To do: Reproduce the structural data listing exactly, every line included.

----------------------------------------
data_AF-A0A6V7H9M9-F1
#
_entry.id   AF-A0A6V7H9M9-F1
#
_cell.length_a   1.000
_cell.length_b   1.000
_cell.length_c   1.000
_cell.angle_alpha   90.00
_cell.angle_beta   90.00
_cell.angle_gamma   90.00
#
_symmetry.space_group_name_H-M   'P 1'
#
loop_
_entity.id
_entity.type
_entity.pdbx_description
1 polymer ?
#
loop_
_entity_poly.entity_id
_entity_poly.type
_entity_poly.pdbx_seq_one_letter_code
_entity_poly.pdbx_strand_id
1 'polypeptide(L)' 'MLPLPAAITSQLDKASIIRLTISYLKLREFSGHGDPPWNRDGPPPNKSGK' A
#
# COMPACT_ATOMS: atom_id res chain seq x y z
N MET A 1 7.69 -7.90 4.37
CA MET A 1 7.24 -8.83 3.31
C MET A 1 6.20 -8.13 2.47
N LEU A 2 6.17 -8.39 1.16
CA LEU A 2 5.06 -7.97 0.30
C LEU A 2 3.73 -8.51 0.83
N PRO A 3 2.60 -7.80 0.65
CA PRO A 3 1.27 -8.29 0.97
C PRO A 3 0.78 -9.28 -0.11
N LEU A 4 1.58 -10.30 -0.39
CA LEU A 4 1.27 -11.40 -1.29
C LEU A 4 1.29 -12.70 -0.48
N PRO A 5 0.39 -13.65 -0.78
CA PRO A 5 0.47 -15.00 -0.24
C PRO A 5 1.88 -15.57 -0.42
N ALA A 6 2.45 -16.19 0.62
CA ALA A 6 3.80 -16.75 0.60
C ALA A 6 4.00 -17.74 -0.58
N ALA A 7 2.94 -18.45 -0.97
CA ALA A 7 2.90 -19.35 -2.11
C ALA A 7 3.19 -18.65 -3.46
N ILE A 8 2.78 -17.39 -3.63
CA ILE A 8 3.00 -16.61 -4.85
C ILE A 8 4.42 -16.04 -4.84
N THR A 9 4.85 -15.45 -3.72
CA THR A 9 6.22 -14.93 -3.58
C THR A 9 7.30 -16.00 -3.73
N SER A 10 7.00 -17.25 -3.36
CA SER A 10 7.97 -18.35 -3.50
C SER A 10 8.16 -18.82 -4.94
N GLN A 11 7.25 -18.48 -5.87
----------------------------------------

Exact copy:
data_AF-A0A6V7H9M9-F1
#
_entry.id   AF-A0A6V7H9M9-F1
#
_cell.length_a   1.000
_cell.length_b   1.000
_cell.length_c   1.000
_cell.angle_alpha   90.00
_cell.angle_beta   90.00
_cell.angle_gamma   90.00
#
_symmetry.space_group_name_H-M   'P 1'
#
loop_
_entity.id
_entity.type
_entity.pdbx_description
1 polymer ?
#
loop_
_entity_poly.entity_id
_entity_poly.type
_entity_poly.pdbx_seq_one_letter_code
_entity_poly.pdbx_strand_id
1 'polypeptide(L)' 'MLPLPAAITSQLDKASIIRLTISYLKLREFSGHGDPPWNRDGPPPNKSGK' A
#
# COMPACT_ATOMS: atom_id res chain seq x y z
N MET A 1 7.69 -7.90 4.37
CA MET A 1 7.24 -8.83 3.31
C MET A 1 6.20 -8.13 2.47
N LEU A 2 6.17 -8.39 1.16
CA LEU A 2 5.06 -7.97 0.30
C LEU A 2 3.73 -8.51 0.83
N PRO A 3 2.60 -7.80 0.65
CA PRO A 3 1.27 -8.29 0.97
C PRO A 3 0.78 -9.28 -0.11
N LEU A 4 1.58 -10.30 -0.39
CA LEU A 4 1.27 -11.40 -1.29
C LEU A 4 1.29 -12.70 -0.48
N PRO A 5 0.39 -13.65 -0.78
CA PRO A 5 0.47 -15.00 -0.24
C PRO A 5 1.88 -15.57 -0.42
N ALA A 6 2.45 -16.19 0.62
CA ALA A 6 3.80 -16.75 0.60
C ALA A 6 4.00 -17.74 -0.58
N ALA A 7 2.94 -18.45 -0.97
CA ALA A 7 2.90 -19.35 -2.11
C ALA A 7 3.19 -18.65 -3.46
N ILE A 8 2.78 -17.39 -3.63
CA ILE A 8 3.00 -16.61 -4.85
C ILE A 8 4.42 -16.04 -4.84
N THR A 9 4.85 -15.45 -3.72
CA THR A 9 6.22 -14.93 -3.58
C THR A 9 7.30 -16.00 -3.73
N SER A 10 7.00 -17.25 -3.36
CA SER A 10 7.97 -18.35 -3.50
C SER A 10 8.16 -18.82 -4.94
N GLN A 11 7.25 -18.48 -5.87